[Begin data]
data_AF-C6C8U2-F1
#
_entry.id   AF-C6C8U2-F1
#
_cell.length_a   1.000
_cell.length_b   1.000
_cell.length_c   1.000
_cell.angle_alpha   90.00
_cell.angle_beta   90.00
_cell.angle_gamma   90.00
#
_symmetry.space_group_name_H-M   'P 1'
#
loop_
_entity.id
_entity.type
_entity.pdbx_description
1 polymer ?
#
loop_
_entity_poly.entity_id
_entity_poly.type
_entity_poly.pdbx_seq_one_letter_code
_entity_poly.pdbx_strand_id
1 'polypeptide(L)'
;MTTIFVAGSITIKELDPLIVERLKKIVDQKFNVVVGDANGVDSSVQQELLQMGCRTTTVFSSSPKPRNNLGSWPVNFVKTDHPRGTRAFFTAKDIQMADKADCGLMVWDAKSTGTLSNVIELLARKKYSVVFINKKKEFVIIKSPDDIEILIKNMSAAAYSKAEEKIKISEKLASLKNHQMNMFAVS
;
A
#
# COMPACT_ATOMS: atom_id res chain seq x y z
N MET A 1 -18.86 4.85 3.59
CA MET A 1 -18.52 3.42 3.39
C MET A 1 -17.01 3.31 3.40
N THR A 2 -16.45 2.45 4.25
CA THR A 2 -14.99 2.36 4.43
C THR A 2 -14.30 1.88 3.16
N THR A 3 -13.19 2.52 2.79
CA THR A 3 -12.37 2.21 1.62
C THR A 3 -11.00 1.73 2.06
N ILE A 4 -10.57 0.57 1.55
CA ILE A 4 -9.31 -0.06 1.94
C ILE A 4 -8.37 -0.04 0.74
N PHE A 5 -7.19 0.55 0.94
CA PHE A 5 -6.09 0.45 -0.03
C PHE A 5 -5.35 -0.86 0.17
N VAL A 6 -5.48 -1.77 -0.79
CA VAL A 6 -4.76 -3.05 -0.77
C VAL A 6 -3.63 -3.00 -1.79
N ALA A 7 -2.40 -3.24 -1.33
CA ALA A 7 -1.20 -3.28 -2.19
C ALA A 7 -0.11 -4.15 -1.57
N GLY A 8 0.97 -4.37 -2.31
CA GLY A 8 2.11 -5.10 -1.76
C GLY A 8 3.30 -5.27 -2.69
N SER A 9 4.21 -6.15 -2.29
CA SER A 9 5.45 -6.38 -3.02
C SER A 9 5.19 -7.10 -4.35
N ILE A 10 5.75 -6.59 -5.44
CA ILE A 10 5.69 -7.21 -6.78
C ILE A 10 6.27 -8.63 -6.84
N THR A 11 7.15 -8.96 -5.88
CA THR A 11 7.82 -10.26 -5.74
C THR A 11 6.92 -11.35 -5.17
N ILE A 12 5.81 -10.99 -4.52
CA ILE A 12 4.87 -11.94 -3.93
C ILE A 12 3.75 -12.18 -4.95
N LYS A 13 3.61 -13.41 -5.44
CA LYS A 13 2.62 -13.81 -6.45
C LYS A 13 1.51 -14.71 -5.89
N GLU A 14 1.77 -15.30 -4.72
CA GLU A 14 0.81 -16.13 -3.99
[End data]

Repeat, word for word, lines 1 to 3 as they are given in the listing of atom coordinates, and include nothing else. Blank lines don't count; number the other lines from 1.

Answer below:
data_AF-C6C8U2-F1
#
_entry.id   AF-C6C8U2-F1